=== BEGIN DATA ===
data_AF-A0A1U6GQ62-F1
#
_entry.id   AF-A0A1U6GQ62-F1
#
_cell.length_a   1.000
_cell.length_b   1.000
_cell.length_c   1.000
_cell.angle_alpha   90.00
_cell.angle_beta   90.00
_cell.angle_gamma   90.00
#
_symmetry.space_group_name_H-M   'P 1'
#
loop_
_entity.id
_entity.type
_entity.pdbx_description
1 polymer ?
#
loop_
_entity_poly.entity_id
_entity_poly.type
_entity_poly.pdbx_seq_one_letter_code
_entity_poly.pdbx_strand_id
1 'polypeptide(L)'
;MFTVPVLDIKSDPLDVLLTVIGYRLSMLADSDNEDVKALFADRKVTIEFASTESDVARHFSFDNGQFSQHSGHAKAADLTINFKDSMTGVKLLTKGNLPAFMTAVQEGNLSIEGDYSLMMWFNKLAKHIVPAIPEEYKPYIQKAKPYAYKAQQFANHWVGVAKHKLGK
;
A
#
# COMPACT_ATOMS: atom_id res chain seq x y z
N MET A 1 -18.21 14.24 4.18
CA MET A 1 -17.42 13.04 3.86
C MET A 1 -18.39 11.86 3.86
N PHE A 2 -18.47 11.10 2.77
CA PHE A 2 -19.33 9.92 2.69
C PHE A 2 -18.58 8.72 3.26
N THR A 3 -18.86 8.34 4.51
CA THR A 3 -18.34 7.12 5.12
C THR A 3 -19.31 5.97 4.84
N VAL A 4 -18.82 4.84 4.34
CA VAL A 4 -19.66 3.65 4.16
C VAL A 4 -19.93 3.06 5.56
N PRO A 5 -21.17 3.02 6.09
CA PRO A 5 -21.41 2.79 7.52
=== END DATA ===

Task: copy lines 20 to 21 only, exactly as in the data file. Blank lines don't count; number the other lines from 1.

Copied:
loop_
_entity_poly.entity_id